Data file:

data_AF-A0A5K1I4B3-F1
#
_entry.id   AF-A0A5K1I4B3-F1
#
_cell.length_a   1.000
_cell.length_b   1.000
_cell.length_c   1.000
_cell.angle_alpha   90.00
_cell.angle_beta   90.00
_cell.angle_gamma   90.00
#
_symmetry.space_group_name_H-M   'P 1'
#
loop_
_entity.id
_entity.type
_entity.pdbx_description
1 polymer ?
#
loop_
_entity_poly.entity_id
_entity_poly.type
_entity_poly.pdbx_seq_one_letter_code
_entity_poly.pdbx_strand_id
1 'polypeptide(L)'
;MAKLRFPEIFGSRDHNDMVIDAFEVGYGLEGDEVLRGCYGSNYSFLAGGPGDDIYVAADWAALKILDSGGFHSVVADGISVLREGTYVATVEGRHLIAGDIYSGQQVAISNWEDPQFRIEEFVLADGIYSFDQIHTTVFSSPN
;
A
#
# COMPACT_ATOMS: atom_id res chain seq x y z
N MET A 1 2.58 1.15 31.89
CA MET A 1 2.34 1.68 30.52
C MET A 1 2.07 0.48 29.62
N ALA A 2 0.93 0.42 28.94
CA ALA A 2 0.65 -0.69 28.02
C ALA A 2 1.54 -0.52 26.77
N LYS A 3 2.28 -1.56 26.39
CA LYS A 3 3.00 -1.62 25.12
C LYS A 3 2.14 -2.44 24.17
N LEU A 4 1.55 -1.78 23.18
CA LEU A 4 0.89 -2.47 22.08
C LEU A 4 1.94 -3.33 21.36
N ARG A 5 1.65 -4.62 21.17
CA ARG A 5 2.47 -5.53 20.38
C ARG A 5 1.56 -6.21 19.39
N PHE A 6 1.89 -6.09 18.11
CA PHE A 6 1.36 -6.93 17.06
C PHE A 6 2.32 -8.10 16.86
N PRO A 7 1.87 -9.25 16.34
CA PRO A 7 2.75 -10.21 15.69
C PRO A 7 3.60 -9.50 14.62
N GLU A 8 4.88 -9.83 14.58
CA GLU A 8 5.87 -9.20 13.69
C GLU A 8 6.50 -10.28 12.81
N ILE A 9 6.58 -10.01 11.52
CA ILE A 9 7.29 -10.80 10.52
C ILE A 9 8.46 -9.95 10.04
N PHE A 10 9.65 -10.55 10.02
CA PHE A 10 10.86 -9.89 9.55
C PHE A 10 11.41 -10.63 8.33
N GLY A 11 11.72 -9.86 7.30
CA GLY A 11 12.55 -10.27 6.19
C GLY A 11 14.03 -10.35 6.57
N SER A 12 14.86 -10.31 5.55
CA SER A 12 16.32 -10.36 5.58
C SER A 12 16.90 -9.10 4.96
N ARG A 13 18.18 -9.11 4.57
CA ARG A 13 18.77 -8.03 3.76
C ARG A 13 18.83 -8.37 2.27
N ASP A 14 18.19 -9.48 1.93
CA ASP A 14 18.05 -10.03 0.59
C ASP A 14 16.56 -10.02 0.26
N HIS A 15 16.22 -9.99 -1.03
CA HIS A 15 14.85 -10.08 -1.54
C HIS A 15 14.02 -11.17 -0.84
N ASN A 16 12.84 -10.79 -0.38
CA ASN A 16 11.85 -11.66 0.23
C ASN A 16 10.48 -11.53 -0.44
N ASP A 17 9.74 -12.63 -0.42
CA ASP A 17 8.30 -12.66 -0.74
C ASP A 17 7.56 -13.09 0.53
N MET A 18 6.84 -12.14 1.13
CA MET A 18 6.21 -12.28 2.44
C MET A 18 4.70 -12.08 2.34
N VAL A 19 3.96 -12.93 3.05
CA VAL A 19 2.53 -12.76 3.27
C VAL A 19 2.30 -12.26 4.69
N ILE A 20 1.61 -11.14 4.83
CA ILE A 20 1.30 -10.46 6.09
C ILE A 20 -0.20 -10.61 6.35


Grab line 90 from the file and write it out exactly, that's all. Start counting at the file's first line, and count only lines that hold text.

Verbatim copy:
C ILE A 20 -0.20 -10.61 6.35